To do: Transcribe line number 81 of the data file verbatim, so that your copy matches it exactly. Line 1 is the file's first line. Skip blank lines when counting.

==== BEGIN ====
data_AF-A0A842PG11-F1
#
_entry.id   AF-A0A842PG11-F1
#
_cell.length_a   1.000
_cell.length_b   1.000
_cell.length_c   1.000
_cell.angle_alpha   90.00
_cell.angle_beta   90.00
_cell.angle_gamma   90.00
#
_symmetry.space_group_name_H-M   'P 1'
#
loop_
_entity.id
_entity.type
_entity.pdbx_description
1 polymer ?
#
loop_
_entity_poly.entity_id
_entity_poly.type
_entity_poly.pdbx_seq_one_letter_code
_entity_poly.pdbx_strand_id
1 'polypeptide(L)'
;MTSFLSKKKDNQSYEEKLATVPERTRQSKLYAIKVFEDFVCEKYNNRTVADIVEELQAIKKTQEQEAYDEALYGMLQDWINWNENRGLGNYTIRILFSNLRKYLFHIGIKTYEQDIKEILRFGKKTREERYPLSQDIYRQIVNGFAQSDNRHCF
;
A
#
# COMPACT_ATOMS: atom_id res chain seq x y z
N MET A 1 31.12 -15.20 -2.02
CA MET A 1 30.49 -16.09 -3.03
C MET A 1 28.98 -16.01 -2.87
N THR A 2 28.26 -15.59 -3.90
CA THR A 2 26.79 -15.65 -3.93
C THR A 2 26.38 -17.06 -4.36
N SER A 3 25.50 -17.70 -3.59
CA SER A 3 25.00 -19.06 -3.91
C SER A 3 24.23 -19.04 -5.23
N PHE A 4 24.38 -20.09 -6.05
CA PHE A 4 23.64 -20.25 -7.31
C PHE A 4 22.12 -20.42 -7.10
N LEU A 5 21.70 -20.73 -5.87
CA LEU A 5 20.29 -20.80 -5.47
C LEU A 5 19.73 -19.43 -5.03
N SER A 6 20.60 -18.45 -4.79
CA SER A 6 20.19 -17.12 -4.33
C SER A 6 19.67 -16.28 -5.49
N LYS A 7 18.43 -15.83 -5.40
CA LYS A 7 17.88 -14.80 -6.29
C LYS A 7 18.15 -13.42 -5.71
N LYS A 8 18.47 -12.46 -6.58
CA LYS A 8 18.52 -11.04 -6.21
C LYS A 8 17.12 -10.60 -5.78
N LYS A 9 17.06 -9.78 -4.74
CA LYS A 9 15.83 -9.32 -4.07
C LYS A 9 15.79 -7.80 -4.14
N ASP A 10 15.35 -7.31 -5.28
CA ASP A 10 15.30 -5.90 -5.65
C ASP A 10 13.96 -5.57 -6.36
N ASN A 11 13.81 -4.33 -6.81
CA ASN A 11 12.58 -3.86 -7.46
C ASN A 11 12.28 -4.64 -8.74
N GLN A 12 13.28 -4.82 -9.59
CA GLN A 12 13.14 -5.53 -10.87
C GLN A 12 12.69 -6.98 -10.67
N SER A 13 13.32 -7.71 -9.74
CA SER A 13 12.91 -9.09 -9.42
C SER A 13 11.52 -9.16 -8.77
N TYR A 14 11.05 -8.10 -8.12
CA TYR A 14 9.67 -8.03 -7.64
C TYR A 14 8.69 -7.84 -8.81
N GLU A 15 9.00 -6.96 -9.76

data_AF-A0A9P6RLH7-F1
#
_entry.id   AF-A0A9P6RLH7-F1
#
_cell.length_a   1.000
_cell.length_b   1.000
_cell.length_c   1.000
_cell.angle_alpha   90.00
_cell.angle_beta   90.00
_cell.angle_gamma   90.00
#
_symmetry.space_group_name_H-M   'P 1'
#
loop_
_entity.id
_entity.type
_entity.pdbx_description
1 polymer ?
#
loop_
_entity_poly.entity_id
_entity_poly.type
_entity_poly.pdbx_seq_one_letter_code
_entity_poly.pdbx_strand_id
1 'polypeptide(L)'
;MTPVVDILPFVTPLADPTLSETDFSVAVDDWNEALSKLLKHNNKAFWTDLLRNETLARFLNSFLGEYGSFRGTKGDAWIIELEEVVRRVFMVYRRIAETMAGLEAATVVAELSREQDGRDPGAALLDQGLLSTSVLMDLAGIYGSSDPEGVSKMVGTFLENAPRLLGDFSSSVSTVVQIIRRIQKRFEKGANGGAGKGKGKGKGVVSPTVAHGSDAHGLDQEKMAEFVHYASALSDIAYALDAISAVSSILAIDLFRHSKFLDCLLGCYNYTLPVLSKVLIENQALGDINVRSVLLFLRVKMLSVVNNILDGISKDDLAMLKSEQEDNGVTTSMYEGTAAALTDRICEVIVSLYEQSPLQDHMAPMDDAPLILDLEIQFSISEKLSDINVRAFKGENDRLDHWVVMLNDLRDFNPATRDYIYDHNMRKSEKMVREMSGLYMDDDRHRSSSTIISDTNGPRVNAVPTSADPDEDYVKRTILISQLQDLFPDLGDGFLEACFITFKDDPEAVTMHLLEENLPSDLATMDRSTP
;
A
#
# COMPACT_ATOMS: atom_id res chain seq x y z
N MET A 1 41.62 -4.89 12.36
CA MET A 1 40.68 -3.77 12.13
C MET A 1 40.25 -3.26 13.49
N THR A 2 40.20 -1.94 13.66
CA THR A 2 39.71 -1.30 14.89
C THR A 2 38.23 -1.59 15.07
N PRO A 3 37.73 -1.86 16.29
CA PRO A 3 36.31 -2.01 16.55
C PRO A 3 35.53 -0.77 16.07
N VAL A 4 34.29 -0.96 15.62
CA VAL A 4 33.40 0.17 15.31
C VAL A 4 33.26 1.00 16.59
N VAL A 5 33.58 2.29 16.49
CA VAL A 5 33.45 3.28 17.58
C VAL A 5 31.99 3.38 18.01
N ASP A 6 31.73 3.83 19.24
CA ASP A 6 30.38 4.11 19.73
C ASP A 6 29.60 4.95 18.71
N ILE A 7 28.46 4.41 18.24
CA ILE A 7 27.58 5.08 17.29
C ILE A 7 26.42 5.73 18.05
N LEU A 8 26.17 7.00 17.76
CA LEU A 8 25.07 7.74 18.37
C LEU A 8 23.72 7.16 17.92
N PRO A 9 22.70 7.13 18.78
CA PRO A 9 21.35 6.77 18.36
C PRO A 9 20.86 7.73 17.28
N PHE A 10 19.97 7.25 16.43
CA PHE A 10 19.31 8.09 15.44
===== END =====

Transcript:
_cell.angle_alpha   90.00